From Nearly Black to White lets do Tannin

If you want to take part in my online block of 4 workshops exploring the beautiful techniques you can achieve with tannin and iron look here

Did you know that Oak galls (or Oak apples) were used in Roman times to make black ink and that between the Middle ages and modern times coupled with Iron it was the main source of black writing ink. A tiny little hard growth on the Autumn tree is so precious and so powerful and produces the greatest tannin on Earth. A substantive dye (that means it does not need mordant to colour cloth or fibers) it reacts with iron sulfate to create shades of grey to nearly black.

I love working with Oak tannin although there are many different tannins available from Chestnut of the European forest to Myrobolan of South East Asia, depending on what part of the World you are located. I use it to create wonderful background for my eco prints. Just look at those… on linen and silk some of my local leaves eco printed using the tannin/iron relationship.

This is a traditional technique known to eco printers and we will start there, but we will go further in our four sessions, we will learn to create printed words and images and discharges using tannin and resists pastes you can use with stencils, screens and stamps. After three weeks of great creativity we will end the program by going back in time and make ancient Gall/Iron ink for your calligraphic or free hand writing.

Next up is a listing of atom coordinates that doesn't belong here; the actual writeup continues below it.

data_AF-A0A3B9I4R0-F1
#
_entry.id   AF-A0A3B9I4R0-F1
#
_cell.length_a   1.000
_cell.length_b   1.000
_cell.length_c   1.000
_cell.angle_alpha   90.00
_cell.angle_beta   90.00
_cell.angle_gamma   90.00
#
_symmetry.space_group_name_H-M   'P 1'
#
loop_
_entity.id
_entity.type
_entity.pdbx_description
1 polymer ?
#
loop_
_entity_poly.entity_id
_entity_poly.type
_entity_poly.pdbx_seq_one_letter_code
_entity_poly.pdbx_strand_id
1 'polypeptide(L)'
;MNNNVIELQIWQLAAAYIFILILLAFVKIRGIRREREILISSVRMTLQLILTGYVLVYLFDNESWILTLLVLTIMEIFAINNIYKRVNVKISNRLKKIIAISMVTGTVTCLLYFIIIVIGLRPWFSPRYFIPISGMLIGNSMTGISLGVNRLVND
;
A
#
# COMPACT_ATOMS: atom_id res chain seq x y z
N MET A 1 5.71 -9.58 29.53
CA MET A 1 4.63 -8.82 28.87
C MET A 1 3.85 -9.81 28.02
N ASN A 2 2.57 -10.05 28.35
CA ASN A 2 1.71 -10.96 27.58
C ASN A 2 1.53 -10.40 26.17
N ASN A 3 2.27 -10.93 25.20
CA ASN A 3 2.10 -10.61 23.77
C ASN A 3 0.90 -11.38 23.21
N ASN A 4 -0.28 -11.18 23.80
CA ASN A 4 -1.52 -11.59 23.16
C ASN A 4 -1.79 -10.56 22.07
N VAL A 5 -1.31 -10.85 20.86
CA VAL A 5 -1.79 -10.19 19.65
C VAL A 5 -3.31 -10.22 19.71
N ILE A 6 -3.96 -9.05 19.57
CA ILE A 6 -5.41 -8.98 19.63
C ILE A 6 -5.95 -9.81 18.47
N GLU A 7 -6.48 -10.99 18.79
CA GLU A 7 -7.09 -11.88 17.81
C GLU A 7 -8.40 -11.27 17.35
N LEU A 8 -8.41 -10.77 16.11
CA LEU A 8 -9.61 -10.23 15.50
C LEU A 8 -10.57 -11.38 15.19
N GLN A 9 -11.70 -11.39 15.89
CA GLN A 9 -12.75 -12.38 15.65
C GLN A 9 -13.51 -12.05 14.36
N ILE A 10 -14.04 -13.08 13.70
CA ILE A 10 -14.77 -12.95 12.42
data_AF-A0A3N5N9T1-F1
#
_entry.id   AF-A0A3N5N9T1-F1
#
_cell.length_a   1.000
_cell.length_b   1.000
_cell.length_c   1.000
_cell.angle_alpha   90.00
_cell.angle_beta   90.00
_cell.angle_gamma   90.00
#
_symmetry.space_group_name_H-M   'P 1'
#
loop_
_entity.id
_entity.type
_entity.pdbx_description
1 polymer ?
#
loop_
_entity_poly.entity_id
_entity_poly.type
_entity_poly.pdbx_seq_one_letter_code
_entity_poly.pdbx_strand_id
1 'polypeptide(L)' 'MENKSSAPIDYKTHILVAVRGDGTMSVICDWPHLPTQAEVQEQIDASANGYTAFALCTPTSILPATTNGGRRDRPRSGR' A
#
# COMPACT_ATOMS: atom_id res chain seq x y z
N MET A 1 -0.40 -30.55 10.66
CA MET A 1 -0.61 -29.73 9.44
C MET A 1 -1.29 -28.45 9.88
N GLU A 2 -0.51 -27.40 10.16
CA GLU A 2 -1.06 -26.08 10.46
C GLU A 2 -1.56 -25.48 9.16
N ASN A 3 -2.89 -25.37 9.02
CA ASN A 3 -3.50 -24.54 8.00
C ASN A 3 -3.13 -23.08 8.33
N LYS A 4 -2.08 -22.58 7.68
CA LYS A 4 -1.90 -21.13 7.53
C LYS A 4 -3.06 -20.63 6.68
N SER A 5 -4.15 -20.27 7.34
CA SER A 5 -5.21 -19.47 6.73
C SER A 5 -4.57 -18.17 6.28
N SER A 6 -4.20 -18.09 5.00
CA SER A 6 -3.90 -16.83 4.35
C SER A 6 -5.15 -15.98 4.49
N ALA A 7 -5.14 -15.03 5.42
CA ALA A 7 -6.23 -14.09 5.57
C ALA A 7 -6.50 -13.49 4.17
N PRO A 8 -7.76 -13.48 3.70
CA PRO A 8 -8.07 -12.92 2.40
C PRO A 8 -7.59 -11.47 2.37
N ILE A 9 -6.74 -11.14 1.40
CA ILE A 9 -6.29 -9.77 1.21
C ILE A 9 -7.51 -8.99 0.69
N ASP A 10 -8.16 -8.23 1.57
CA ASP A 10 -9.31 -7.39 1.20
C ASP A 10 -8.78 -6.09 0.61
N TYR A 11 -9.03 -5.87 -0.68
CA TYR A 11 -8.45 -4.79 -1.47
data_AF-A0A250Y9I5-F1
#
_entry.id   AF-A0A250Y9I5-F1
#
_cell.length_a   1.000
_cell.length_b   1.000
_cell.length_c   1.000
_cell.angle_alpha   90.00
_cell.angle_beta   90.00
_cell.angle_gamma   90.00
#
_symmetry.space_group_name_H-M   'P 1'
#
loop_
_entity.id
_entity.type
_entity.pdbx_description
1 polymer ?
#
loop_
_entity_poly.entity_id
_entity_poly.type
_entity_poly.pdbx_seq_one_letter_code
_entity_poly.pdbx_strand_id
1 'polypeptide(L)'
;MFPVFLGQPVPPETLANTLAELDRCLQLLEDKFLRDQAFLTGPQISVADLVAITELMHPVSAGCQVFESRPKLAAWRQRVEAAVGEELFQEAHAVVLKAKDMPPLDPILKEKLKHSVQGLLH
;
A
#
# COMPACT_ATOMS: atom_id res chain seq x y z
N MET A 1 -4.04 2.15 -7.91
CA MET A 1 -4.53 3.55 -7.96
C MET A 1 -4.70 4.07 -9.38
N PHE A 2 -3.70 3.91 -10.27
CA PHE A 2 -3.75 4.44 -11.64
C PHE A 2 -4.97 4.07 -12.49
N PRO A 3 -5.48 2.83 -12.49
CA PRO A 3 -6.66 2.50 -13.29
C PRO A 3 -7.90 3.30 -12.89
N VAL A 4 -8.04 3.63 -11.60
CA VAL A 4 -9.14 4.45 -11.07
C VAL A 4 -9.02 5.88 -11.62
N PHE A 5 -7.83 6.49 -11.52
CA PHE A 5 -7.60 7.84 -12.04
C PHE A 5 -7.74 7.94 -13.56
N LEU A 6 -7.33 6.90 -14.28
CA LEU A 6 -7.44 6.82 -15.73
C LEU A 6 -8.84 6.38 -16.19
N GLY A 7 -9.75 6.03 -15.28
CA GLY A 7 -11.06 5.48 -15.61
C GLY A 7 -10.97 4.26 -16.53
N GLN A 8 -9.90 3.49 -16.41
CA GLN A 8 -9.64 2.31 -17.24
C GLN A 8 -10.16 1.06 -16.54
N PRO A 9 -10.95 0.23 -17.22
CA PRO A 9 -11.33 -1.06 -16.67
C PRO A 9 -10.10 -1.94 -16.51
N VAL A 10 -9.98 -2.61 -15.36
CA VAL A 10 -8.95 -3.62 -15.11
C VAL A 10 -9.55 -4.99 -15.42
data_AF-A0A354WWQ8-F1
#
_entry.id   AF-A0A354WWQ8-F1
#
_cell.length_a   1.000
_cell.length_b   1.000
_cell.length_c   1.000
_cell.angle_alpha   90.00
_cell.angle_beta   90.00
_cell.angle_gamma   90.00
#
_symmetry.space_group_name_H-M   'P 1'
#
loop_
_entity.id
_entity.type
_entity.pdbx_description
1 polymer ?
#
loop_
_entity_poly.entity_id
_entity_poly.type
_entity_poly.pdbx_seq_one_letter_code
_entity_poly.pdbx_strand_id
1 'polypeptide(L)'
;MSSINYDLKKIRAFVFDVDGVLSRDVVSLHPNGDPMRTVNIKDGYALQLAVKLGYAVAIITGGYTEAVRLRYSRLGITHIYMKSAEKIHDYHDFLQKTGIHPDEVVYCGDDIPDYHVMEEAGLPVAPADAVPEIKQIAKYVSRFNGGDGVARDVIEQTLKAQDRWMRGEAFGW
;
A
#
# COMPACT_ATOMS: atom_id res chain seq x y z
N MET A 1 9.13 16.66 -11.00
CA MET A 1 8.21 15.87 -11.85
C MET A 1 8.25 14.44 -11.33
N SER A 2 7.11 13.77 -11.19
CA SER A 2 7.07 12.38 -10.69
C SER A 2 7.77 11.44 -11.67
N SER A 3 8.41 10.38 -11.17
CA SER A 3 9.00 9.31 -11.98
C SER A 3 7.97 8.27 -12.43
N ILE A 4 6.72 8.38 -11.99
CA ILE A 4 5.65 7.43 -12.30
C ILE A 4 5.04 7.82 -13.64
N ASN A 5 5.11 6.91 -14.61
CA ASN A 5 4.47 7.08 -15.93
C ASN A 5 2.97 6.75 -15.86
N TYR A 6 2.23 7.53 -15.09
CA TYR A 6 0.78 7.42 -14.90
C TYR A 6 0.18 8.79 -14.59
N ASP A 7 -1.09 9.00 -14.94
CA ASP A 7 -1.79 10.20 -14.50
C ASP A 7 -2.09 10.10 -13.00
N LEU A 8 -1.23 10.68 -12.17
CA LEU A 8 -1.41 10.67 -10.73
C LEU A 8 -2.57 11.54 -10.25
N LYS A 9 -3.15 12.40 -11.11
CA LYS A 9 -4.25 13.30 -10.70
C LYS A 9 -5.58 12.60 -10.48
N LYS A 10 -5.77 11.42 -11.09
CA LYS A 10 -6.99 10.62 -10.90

When I work with tannin I like to forage but I also like to use a traditional product in my work and my Oak galls come from the Themazi family, since the 1950’s in Turkey, they have been producing the best Aleppo oak galls. Aleppo oak galls give the strongest tannin. If you want to see what they offer look here

My workshop will be run on zoom in the comfort of your home, it is a simple platform to use and all you need is access to a device (laptop, tablet or phone) and a good internet level. The workshops are live but they are always recorded, so if you live in a different time zone you can use the video replay to work.

Learning in a virtual workshop means you can interact and ask questions, thing you cant do when you learn from just a video. What we miss in an online workshop is a big reveal … which is why I always plan a “show and tell” session. It is when we show each other our results and answer any last minute questions.

I hope I will see you there and enjoy working “together” in my virtual creative bubble.

In the meantime dont forget to go for a walk in the woods… its a great pastime in the Autumn.


Betty x

Published by bettysbeautifullife

I am a Christie's trained artist born in France but living in Glasgow. I work with Eco Techniques like Natural dyes, Eco Printing and Indigo dyeing using recycled material. I learn, teach and share my techniques, I work with communities and travel to Asia

%d bloggers like this: